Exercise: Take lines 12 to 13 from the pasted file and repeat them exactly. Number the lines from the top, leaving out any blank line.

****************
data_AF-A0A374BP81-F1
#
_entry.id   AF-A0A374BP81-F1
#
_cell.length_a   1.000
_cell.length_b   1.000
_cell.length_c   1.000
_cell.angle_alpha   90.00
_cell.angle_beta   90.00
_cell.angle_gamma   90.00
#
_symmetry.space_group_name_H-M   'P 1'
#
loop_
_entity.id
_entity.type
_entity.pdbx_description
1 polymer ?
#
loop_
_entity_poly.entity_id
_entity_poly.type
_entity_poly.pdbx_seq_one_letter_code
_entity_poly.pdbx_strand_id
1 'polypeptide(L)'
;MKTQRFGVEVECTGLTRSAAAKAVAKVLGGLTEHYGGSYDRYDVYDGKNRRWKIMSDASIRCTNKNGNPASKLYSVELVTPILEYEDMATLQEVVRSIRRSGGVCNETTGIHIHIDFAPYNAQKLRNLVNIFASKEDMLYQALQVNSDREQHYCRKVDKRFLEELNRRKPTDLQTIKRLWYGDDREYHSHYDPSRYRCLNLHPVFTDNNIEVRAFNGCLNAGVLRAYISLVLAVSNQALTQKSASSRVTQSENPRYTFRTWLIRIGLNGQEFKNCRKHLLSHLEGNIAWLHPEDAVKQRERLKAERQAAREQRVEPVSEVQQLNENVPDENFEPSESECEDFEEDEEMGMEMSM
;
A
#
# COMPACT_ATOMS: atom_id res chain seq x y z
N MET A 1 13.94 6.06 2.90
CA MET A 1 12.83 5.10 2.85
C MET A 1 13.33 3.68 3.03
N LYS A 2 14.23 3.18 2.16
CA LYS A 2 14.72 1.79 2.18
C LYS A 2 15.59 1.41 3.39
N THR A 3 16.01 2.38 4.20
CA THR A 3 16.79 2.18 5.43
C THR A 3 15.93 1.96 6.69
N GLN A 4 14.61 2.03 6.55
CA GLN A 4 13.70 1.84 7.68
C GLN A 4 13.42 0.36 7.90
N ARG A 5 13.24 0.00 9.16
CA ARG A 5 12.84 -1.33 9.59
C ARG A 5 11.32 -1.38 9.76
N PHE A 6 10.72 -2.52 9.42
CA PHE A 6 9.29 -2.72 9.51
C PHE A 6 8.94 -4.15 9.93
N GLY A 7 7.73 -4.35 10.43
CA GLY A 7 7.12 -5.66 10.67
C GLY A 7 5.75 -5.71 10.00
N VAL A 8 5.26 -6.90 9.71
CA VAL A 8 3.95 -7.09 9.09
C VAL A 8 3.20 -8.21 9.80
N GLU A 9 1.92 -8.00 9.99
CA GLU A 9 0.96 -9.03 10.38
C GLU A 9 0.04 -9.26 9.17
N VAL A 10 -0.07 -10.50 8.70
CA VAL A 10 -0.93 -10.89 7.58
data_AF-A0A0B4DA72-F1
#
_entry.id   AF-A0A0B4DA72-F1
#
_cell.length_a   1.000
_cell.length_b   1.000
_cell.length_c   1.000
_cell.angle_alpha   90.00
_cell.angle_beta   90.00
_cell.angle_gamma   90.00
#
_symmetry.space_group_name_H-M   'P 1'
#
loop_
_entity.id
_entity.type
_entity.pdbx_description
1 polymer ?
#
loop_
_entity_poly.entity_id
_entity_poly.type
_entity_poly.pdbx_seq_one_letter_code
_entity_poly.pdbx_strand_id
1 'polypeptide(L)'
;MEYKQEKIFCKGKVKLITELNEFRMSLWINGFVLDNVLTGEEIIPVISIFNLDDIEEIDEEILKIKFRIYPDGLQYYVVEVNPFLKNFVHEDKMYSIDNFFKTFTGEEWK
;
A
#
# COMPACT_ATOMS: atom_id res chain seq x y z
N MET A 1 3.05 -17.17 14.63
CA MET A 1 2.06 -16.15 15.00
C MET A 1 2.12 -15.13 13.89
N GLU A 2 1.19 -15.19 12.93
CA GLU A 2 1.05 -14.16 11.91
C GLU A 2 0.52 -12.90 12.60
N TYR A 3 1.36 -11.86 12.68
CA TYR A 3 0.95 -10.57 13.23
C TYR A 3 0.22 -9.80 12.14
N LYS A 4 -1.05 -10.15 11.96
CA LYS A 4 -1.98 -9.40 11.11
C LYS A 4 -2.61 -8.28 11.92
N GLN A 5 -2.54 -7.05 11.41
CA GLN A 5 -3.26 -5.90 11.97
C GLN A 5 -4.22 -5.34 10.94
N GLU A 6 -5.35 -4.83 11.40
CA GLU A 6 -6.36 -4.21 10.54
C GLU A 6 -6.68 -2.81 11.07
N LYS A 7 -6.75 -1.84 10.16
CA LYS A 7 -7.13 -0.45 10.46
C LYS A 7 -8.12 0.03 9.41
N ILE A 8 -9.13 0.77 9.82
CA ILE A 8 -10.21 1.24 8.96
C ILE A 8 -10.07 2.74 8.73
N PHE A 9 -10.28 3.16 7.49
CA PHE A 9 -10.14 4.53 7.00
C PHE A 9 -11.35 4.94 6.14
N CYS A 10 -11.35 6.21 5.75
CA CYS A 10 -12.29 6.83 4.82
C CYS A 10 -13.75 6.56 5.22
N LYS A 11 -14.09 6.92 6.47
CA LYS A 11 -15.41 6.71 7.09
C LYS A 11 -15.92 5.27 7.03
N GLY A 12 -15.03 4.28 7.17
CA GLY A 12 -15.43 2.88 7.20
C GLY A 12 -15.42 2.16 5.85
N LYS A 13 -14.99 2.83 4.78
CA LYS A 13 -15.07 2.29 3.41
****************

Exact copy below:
_symmetry.space_group_name_H-M   'P 1'
#